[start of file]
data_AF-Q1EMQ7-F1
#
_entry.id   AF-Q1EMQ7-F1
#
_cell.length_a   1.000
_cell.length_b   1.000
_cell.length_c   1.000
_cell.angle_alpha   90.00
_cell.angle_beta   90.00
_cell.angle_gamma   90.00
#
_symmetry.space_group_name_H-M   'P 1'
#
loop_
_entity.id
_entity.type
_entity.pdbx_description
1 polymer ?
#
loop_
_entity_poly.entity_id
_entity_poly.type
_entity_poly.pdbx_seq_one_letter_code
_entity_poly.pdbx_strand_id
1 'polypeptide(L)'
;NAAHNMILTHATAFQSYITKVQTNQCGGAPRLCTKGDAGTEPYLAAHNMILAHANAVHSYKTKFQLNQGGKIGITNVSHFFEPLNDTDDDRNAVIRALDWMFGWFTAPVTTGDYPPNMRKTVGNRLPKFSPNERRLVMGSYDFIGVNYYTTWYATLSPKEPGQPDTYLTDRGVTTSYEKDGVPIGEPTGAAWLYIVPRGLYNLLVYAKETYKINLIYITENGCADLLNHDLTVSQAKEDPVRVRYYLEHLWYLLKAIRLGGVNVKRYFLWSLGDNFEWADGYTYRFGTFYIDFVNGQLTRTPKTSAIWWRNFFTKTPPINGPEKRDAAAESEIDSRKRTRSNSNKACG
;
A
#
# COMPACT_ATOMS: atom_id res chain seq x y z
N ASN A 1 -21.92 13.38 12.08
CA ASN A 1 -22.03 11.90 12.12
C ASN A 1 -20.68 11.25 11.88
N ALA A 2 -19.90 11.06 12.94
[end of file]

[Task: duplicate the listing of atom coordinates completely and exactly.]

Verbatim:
data_AF-Q1EMQ7-F1
#
_entry.id   AF-Q1EMQ7-F1
#
_cell.length_a   1.000
_cell.length_b   1.000
_cell.length_c   1.000
_cell.angle_alpha   90.00
_cell.angle_beta   90.00
_cell.angle_gamma   90.00
#
_symmetry.space_group_name_H-M   'P 1'
#
loop_
_entity.id
_entity.type
_entity.pdbx_description
1 polymer ?
#
loop_
_entity_poly.entity_id
_entity_poly.type
_entity_poly.pdbx_seq_one_letter_code
_entity_poly.pdbx_strand_id
1 'polypeptide(L)'
;NAAHNMILTHATAFQSYITKVQTNQCGGAPRLCTKGDAGTEPYLAAHNMILAHANAVHSYKTKFQLNQGGKIGITNVSHFFEPLNDTDDDRNAVIRALDWMFGWFTAPVTTGDYPPNMRKTVGNRLPKFSPNERRLVMGSYDFIGVNYYTTWYATLSPKEPGQPDTYLTDRGVTTSYEKDGVPIGEPTGAAWLYIVPRGLYNLLVYAKETYKINLIYITENGCADLLNHDLTVSQAKEDPVRVRYYLEHLWYLLKAIRLGGVNVKRYFLWSLGDNFEWADGYTYRFGTFYIDFVNGQLTRTPKTSAIWWRNFFTKTPPINGPEKRDAAAESEIDSRKRTRSNSNKACG
;
A
#
# COMPACT_ATOMS: atom_id res chain seq x y z
N ASN A 1 -21.92 13.38 12.08
CA ASN A 1 -22.03 11.90 12.12
C ASN A 1 -20.68 11.25 11.88
N ALA A 2 -19.90 11.06 12.94